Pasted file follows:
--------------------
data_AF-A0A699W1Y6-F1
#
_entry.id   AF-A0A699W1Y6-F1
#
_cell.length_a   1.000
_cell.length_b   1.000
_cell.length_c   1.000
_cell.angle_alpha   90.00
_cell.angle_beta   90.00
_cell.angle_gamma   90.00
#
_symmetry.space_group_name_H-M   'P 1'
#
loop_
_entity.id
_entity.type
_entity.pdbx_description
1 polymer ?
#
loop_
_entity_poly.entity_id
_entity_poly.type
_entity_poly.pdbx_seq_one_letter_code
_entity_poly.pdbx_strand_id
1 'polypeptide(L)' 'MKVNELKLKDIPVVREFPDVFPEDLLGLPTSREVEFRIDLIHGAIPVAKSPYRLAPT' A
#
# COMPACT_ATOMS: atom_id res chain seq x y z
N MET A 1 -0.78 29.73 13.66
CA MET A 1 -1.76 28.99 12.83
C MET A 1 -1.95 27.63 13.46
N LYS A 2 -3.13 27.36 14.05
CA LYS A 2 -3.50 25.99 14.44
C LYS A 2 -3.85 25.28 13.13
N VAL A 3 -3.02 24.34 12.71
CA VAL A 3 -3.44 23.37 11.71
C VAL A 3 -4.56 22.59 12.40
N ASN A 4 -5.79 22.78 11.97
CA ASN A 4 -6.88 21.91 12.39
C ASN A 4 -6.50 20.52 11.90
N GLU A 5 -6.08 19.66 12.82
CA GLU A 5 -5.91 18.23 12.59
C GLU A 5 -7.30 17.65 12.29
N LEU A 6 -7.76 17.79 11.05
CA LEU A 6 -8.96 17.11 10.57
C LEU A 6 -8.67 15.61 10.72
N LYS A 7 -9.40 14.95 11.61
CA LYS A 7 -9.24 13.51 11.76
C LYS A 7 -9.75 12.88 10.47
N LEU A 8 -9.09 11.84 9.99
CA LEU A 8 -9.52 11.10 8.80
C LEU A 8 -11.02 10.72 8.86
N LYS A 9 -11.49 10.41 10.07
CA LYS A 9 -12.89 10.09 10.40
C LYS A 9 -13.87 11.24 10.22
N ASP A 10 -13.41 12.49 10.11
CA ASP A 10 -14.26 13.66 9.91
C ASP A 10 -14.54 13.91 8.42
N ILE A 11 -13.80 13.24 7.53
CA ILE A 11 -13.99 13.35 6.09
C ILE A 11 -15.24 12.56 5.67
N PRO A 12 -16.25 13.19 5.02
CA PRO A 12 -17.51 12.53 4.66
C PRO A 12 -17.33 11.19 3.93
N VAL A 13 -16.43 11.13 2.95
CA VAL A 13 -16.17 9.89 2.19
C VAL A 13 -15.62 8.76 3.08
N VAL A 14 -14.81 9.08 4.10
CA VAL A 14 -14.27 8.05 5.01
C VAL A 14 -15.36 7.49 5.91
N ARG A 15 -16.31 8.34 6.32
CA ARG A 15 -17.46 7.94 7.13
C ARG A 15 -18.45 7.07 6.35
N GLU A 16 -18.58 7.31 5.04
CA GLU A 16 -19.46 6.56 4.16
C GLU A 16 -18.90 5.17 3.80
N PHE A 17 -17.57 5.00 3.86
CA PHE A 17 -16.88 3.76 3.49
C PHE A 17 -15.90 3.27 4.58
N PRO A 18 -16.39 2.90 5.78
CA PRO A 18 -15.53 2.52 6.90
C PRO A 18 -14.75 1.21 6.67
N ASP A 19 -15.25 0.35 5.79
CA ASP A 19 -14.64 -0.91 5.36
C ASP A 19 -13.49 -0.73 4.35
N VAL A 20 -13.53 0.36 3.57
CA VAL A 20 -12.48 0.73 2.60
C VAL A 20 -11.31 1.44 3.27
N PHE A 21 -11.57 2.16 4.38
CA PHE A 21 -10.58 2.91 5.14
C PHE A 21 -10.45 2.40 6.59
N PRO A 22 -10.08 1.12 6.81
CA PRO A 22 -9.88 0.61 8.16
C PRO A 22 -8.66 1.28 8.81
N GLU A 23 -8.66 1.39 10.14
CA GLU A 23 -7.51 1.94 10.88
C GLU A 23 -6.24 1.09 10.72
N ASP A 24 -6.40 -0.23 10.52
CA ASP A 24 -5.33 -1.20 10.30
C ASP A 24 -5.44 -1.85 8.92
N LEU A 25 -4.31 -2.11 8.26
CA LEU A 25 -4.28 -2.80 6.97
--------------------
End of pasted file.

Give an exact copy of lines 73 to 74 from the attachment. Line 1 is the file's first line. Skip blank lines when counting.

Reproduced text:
N GLU A 16 -18.58 7.31 5.04
CA GLU A 16 -19.46 6.56 4.16